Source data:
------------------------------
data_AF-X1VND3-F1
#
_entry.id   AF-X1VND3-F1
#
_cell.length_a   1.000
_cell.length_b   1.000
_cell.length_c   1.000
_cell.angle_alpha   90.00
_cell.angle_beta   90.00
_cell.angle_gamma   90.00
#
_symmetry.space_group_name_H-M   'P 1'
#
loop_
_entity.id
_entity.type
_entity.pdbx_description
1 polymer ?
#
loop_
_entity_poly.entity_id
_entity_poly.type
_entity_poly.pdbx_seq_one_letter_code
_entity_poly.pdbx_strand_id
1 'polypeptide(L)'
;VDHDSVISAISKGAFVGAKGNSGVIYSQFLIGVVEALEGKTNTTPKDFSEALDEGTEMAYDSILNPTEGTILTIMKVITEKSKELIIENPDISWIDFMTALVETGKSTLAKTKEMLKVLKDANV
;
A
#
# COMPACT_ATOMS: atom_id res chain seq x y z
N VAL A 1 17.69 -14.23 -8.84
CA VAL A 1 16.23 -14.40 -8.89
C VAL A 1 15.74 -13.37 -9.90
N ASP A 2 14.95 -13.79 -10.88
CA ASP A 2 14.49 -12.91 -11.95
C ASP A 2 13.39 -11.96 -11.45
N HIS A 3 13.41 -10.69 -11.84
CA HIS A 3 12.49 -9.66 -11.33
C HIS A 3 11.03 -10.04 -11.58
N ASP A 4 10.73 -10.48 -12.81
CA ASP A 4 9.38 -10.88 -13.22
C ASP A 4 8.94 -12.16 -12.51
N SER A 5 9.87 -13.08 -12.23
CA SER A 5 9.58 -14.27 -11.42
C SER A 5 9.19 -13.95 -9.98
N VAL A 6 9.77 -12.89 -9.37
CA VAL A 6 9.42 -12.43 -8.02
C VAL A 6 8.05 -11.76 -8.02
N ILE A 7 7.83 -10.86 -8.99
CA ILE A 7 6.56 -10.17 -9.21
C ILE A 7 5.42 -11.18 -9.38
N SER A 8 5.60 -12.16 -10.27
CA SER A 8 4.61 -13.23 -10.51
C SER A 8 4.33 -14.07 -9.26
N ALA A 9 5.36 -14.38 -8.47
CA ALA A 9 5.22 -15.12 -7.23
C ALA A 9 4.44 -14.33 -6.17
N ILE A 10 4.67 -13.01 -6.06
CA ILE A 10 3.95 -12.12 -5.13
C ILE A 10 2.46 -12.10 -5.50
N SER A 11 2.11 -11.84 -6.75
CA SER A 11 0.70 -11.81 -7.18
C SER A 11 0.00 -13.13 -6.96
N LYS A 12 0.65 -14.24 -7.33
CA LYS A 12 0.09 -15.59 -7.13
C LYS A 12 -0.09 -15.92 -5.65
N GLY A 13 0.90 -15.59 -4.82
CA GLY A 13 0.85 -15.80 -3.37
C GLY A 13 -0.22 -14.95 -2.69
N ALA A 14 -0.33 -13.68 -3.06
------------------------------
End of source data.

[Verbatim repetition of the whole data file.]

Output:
data_AF-X1VND3-F1
#
_entry.id   AF-X1VND3-F1
#
_cell.length_a   1.000
_cell.length_b   1.000
_cell.length_c   1.000
_cell.angle_alpha   90.00
_cell.angle_beta   90.00
_cell.angle_gamma   90.00
#
_symmetry.space_group_name_H-M   'P 1'
#
loop_
_entity.id
_entity.type
_entity.pdbx_description
1 polymer ?
#
loop_
_entity_poly.entity_id
_entity_poly.type
_entity_poly.pdbx_seq_one_letter_code
_entity_poly.pdbx_strand_id
1 'polypeptide(L)'
;VDHDSVISAISKGAFVGAKGNSGVIYSQFLIGVVEALEGKTNTTPKDFSEALDEGTEMAYDSILNPTEGTILTIMKVITEKSKELIIENPDISWIDFMTALVETGKSTLAKTKEMLKVLKDANV
;
A
#
# COMPACT_ATOMS: atom_id res chain seq x y z
N VAL A 1 17.69 -14.23 -8.84
CA VAL A 1 16.23 -14.40 -8.89
C VAL A 1 15.74 -13.37 -9.90
N ASP A 2 14.95 -13.79 -10.88
CA ASP A 2 14.49 -12.91 -11.95
C ASP A 2 13.39 -11.96 -11.45
N HIS A 3 13.41 -10.69 -11.84
CA HIS A 3 12.49 -9.66 -11.33
C HIS A 3 11.03 -10.04 -11.58
N ASP A 4 10.73 -10.48 -12.81
CA ASP A 4 9.38 -10.88 -13.22
C ASP A 4 8.94 -12.16 -12.51
N SER A 5 9.87 -13.08 -12.23
CA SER A 5 9.58 -14.27 -11.42
C SER A 5 9.19 -13.95 -9.98
N VAL A 6 9.77 -12.89 -9.37
CA VAL A 6 9.42 -12.43 -8.02
C VAL A 6 8.05 -11.76 -8.02
N ILE A 7 7.83 -10.86 -8.99
CA ILE A 7 6.56 -10.17 -9.21
C ILE A 7 5.42 -11.18 -9.38
N SER A 8 5.60 -12.16 -10.27
CA SER A 8 4.61 -13.23 -10.51
C SER A 8 4.33 -14.07 -9.26
N ALA A 9 5.36 -14.38 -8.47
CA ALA A 9 5.22 -15.12 -7.23
C ALA A 9 4.44 -14.33 -6.17
N ILE A 10 4.67 -13.01 -6.06
CA ILE A 10 3.95 -12.12 -5.13
C ILE A 10 2.46 -12.10 -5.50
N SER A 11 2.11 -11.84 -6.75
CA SER A 11 0.70 -11.81 -7.18
C SER A 11 0.00 -13.13 -6.96
N LYS A 12 0.65 -14.24 -7.33
CA LYS A 12 0.09 -15.59 -7.13
C LYS A 12 -0.09 -15.92 -5.65
N GLY A 13 0.90 -15.59 -4.82
CA GLY A 13 0.85 -15.80 -3.37
C GLY A 13 -0.22 -14.95 -2.69
N ALA A 14 -0.33 -13.68 -3.06